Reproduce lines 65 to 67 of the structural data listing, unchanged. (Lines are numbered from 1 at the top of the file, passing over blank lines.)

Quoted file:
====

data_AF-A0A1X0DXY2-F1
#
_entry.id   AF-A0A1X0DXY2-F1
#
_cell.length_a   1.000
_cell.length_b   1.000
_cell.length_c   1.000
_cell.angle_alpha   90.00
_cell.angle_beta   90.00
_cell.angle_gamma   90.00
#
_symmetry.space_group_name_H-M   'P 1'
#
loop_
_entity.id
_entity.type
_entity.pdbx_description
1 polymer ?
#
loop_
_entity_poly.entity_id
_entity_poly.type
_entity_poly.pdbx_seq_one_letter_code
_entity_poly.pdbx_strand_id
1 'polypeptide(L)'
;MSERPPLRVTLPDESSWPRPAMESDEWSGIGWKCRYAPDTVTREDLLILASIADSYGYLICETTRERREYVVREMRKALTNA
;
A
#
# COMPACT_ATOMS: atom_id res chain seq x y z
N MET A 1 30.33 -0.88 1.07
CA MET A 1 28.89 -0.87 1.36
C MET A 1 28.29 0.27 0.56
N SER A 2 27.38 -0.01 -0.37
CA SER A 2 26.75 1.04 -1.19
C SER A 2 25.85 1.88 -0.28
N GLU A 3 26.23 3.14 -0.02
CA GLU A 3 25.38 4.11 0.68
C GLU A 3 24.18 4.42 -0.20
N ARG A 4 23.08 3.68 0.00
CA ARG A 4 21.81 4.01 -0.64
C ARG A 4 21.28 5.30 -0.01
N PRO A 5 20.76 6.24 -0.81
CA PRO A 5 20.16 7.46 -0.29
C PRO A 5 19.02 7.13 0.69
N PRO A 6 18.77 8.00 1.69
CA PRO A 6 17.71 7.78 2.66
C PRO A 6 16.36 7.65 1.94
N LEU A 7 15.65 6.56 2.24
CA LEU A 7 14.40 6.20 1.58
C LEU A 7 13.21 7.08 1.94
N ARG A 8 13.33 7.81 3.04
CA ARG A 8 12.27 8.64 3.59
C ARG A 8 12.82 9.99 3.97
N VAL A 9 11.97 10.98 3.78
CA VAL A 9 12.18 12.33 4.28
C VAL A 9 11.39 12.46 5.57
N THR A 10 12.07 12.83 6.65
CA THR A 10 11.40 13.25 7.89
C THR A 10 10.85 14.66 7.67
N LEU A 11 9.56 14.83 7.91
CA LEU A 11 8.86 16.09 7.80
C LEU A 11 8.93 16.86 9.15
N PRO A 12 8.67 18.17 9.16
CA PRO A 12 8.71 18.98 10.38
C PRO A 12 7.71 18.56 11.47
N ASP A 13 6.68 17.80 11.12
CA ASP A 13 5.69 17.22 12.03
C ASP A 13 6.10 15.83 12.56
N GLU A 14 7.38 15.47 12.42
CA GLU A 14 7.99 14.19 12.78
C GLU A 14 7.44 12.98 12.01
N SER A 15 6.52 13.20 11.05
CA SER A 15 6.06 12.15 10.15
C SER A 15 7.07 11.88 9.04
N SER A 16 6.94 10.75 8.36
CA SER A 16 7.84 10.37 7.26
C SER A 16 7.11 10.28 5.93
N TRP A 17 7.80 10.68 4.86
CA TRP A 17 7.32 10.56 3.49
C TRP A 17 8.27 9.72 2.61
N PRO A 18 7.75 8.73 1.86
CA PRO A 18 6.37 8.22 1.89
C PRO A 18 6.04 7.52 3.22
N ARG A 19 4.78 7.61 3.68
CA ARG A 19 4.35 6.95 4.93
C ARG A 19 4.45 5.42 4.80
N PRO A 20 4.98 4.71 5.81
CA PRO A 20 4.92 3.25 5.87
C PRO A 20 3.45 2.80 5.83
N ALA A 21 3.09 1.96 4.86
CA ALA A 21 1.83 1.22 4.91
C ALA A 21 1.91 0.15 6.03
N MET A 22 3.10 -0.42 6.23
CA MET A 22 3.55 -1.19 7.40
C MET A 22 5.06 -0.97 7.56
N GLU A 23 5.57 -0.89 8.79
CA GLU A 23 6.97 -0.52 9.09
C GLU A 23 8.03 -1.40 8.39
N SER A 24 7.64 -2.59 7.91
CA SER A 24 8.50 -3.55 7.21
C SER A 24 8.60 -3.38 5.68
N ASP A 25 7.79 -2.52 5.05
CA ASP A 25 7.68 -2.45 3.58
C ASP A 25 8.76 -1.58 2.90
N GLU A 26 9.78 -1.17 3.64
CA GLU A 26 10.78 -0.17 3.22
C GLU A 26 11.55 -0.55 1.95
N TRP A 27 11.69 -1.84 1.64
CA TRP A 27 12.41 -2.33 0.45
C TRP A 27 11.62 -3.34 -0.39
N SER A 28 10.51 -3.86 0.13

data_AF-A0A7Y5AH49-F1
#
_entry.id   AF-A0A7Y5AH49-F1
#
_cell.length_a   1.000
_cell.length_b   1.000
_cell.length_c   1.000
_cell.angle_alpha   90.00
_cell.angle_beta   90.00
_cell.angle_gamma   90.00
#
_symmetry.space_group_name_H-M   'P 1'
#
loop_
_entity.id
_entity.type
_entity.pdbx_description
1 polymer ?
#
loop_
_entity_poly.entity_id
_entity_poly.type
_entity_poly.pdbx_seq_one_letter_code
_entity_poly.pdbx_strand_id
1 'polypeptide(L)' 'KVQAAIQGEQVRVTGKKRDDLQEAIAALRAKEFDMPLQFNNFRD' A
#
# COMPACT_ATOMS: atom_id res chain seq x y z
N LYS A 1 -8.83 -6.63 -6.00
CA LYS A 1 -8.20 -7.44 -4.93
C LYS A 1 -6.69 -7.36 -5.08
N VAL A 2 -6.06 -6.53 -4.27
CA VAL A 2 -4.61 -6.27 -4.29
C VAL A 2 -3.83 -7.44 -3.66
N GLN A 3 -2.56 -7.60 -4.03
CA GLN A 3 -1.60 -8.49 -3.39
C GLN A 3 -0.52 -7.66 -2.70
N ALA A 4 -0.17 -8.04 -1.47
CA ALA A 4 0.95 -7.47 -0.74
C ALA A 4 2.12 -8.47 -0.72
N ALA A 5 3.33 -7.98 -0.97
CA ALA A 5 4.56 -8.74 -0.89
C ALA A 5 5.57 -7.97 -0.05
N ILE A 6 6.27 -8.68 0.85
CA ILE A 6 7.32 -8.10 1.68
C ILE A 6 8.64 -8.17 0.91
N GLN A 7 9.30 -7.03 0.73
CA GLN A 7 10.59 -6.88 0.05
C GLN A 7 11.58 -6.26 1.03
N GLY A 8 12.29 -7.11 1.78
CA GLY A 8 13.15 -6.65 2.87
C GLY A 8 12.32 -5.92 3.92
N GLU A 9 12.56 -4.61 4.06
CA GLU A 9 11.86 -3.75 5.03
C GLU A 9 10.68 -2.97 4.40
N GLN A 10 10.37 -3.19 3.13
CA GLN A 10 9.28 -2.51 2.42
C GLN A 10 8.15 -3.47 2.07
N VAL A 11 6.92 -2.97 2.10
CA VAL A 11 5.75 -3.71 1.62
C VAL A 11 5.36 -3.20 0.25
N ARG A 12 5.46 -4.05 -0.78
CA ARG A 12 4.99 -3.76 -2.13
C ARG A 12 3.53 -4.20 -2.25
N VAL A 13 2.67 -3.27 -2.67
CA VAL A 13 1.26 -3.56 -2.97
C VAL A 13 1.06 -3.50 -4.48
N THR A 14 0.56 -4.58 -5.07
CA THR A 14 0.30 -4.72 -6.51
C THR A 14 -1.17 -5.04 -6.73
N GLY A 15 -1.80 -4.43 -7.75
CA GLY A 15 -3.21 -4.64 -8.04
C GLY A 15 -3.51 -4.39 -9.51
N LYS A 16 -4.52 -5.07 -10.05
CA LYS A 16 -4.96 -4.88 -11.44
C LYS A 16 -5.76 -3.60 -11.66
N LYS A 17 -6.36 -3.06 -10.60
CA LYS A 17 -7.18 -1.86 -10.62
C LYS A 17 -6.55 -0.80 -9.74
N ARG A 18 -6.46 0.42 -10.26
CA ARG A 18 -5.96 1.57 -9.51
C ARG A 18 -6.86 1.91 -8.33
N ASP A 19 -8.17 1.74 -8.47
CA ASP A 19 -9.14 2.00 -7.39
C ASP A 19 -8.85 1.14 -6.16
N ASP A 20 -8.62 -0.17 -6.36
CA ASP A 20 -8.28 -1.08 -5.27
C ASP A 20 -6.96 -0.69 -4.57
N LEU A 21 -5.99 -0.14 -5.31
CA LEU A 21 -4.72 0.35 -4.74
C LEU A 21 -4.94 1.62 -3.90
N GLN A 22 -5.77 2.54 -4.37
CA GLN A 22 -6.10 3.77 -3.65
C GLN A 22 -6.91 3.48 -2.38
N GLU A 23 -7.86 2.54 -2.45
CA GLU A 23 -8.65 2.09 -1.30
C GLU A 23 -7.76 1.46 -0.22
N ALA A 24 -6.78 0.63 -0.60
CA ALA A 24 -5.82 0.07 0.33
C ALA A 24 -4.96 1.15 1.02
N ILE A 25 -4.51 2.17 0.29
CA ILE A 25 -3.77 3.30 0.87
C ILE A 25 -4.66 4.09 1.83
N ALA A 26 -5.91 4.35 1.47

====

CA PRO A 12 8.71 18.98 10.38
C PRO A 12 7.71 18.56 11.47
N ASP A 13 6.68 17.80 11.12